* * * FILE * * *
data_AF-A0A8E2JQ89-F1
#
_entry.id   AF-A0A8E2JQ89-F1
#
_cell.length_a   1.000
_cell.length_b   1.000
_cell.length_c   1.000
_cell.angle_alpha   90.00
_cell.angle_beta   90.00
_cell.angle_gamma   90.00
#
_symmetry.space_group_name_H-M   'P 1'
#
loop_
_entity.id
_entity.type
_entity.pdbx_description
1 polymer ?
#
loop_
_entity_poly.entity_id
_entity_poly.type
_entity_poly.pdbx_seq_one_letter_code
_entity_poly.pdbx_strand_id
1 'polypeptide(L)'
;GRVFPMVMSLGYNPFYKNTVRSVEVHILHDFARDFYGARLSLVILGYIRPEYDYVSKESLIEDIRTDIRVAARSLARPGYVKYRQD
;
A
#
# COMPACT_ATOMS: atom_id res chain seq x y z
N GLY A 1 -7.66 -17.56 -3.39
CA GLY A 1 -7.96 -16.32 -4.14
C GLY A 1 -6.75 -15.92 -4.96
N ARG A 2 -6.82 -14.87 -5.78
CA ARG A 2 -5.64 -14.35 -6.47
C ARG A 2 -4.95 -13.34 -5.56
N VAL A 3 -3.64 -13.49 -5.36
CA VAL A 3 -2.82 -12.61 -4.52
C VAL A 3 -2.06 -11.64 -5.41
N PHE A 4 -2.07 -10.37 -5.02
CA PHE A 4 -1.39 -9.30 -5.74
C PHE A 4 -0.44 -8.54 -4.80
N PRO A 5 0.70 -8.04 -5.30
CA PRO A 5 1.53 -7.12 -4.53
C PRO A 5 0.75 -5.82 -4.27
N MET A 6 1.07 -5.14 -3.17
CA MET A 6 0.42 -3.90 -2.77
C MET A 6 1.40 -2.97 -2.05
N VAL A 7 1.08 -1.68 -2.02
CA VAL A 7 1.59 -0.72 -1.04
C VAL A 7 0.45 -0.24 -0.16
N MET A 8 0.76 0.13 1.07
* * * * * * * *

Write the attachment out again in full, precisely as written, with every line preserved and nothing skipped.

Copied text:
data_AF-A0A8E2JQ89-F1
#
_entry.id   AF-A0A8E2JQ89-F1
#
_cell.length_a   1.000
_cell.length_b   1.000
_cell.length_c   1.000
_cell.angle_alpha   90.00
_cell.angle_beta   90.00
_cell.angle_gamma   90.00
#
_symmetry.space_group_name_H-M   'P 1'
#
loop_
_entity.id
_entity.type
_entity.pdbx_description
1 polymer ?
#
loop_
_entity_poly.entity_id
_entity_poly.type
_entity_poly.pdbx_seq_one_letter_code
_entity_poly.pdbx_strand_id
1 'polypeptide(L)'
;GRVFPMVMSLGYNPFYKNTVRSVEVHILHDFARDFYGARLSLVILGYIRPEYDYVSKESLIEDIRTDIRVAARSLARPGYVKYRQD
;
A
#
# COMPACT_ATOMS: atom_id res chain seq x y z
N GLY A 1 -7.66 -17.56 -3.39
CA GLY A 1 -7.96 -16.32 -4.14
C GLY A 1 -6.75 -15.92 -4.96
N ARG A 2 -6.82 -14.87 -5.78
CA ARG A 2 -5.64 -14.35 -6.47
C ARG A 2 -4.95 -13.34 -5.56
N VAL A 3 -3.64 -13.49 -5.36
CA VAL A 3 -2.82 -12.61 -4.52
C VAL A 3 -2.06 -11.64 -5.41
N PHE A 4 -2.07 -10.37 -5.02
CA PHE A 4 -1.39 -9.30 -5.74
C PHE A 4 -0.44 -8.54 -4.80
N PRO A 5 0.70 -8.04 -5.30
CA PRO A 5 1.53 -7.12 -4.53
C PRO A 5 0.75 -5.82 -4.27
N MET A 6 1.07 -5.14 -3.17
CA MET A 6 0.42 -3.90 -2.77
C MET A 6 1.40 -2.97 -2.05
N VAL A 7 1.08 -1.68 -2.02
CA VAL A 7 1.59 -0.72 -1.04
C VAL A 7 0.45 -0.24 -0.16
N MET A 8 0.76 0.13 1.07